The website USPOLN, already flagged as a fake news site on our handy guide, recycled an evocative bit of fakery about television evangelist Pat Robertson that dates from 2015.
Allegedly drawing on an installment of Robertson’s show The 700 Club, the post begins with Robertson warning that legal rights of gays and lesbians will draw down God’s wrath upon America. It then goes off the rails.
The article says a caller asks if this disaster can be averted. To which Robertson replies, "The only way to stop the spread of these diseases that are plaguing the country is to make some sort of obvious distinction between gay people and normal, straight people. I personally believe that we must impose a rule on the gay population that would require them to wear specially-colored clothes, for example. I’m thinking we need to go through the Senate with this and we need to make it official."
Facebook readers flagged this as likely fake news, and in fact, the article provides a link to its source, an item from the fake news site Newslo that was debunked by Snopes in early November 2015.
Robertson never said those words, but if the goal is to drive traffic, passing them off as real seems to work. The 2015 version drew snarky comments from a website in the United Kingdom, and the latest verbatim copy pulled in angry responses from those who also took it as real. One commenter said, "I think God will go after him and his fortune for being close-minded and prejudiced. The Bible teaches us to love each other no matter who they are."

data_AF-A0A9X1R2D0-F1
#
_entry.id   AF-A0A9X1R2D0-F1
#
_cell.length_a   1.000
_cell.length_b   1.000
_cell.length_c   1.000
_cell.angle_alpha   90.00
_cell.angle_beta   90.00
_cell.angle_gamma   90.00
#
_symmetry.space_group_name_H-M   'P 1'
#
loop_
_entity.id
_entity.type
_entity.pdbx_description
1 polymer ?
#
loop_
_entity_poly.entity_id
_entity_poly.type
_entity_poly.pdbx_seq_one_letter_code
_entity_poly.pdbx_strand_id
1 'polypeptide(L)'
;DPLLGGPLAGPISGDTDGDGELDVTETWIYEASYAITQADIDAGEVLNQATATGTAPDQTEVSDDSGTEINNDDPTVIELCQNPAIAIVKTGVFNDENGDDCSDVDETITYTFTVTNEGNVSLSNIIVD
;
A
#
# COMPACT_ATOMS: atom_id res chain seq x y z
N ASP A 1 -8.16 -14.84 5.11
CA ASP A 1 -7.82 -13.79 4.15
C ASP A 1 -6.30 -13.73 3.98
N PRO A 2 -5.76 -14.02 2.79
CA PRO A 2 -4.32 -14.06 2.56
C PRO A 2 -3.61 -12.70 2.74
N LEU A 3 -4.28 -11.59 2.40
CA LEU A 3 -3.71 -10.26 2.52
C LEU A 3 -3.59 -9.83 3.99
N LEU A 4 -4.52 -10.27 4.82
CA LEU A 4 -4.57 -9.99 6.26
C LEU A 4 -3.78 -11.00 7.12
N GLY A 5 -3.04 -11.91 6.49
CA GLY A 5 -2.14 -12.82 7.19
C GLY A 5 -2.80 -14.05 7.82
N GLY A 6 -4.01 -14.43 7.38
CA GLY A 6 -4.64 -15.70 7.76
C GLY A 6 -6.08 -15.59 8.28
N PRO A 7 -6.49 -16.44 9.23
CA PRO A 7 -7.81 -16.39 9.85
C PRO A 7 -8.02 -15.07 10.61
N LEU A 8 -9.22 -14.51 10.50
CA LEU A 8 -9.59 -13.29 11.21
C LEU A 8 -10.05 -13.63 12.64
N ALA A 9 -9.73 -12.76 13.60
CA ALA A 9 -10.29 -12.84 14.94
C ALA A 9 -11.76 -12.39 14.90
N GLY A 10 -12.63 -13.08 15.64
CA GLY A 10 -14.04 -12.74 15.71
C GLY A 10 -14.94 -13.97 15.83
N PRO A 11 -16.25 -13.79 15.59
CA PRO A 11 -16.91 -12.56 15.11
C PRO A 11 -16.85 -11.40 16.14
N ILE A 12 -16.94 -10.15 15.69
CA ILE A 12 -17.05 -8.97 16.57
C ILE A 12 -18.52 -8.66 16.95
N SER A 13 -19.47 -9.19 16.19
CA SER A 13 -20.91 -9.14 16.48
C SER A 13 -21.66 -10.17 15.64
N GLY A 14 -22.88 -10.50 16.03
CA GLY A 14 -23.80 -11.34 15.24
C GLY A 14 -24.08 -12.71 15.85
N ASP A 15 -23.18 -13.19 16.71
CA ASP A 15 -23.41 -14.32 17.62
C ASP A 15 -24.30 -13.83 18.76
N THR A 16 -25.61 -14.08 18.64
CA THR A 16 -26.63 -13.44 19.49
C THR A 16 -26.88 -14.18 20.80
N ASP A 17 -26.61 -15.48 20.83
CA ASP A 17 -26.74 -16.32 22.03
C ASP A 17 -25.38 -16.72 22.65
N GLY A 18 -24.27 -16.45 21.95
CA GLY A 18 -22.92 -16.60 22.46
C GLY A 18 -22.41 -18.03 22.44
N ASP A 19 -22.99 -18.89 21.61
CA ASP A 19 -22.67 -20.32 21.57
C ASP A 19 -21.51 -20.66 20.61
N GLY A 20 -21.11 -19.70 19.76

President Donald Trump’s White House win seems to have increased the popularity of false news items that fuel the ire of liberals. So far the evidence is anecdotal, but the standard rule to stem the spread of faux news applies: If the headline alone inspires outrage, pause before sharing. Then look for the tell-tale signs of fake news, such as a lack of sources, no date of publication and the presence of click-bait ads all around the page.
USPOLN describes itself as a hybrid news/satire site. The article gives no indication that its content is hokum.
The USPOLN website posted an article alleging that Robertson called for a law to require gays and lesbians to wear specially colored clothes. Robertson never said those words. The claim was recycled from a two-year-old claim that had been previously debunked.
We rate this claim Pants on Fire!